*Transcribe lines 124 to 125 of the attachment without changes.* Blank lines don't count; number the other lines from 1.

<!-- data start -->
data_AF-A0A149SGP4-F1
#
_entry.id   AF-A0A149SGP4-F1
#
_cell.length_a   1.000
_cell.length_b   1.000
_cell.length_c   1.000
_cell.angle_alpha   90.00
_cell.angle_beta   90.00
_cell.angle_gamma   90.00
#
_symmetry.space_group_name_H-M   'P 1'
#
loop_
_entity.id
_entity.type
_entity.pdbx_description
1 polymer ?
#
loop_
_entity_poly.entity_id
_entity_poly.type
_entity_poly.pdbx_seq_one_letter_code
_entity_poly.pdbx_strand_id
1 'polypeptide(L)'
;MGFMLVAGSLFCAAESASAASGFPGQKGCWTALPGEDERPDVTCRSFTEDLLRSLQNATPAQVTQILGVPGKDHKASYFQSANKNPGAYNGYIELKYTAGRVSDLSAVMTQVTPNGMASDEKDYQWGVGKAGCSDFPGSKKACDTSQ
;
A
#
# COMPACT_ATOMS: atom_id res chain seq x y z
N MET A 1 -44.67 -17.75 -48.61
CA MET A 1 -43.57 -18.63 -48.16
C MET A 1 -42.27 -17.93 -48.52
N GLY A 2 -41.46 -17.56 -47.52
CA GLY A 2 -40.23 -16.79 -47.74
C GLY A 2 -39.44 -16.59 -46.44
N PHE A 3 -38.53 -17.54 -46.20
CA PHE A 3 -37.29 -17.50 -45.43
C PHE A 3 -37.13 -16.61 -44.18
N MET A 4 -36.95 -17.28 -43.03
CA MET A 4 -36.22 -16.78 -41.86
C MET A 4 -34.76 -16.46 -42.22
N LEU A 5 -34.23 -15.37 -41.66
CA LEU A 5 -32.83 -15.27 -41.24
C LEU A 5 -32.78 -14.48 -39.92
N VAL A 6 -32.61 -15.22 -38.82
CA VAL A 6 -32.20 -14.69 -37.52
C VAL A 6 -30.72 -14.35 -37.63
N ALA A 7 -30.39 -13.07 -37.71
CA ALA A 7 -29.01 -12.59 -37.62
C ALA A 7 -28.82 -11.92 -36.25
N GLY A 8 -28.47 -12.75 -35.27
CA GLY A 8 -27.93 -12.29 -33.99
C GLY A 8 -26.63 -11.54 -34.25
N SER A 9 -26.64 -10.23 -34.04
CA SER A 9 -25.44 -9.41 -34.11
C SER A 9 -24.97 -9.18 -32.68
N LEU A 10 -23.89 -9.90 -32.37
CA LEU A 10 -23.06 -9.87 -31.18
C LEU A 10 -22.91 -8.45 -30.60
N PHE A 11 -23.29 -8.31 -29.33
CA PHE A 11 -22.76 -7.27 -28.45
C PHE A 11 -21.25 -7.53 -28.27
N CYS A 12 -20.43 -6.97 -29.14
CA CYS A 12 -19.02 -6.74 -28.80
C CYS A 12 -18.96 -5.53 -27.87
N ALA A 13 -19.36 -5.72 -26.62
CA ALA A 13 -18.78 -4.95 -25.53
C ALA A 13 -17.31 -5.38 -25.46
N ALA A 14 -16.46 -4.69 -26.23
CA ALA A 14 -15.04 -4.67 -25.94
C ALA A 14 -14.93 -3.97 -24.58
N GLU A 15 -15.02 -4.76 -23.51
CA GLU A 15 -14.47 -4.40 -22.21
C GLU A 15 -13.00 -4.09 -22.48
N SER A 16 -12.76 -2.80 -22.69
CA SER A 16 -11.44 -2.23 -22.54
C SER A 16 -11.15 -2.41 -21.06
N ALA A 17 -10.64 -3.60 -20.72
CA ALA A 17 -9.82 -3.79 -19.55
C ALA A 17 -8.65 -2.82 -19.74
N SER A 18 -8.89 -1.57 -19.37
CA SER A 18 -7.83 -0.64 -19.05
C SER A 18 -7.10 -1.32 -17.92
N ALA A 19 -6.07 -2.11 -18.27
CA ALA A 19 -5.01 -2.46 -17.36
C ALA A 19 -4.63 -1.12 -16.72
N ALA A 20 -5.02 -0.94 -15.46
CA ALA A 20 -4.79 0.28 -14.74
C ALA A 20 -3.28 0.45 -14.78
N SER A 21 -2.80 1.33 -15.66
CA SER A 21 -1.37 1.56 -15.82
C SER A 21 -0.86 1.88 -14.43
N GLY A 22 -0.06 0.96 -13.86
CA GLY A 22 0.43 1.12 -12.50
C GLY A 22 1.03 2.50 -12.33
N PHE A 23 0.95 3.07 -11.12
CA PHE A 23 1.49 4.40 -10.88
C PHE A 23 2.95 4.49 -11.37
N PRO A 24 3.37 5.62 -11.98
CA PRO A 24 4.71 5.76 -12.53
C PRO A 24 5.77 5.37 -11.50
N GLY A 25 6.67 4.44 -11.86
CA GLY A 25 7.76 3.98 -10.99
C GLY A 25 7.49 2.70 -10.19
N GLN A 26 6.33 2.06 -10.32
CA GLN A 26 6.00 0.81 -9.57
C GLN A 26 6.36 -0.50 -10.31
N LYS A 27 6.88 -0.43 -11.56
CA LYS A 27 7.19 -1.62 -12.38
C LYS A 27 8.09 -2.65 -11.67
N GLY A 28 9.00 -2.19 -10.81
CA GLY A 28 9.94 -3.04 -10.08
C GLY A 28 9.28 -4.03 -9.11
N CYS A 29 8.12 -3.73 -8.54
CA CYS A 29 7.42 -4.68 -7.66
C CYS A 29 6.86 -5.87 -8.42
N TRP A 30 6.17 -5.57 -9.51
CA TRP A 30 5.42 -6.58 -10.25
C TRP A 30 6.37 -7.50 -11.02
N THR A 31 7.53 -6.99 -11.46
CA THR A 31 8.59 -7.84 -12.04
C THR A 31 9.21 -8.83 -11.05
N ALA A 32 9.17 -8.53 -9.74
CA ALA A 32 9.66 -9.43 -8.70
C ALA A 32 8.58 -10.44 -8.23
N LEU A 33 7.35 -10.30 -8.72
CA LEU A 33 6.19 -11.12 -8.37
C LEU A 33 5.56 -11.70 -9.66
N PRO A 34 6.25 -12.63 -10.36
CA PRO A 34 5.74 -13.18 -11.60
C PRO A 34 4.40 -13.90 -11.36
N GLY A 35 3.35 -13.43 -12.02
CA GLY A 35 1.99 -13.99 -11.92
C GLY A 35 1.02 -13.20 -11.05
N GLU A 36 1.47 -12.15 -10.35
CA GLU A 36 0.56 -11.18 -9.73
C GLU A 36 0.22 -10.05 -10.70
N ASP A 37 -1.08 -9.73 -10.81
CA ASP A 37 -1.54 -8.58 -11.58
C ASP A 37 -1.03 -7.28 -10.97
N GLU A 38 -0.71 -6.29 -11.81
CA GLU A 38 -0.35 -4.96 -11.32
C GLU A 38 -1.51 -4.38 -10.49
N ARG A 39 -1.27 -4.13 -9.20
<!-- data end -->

N ALA A 32 9.17 -8.53 -9.74
CA ALA A 32 9.66 -9.43 -8.70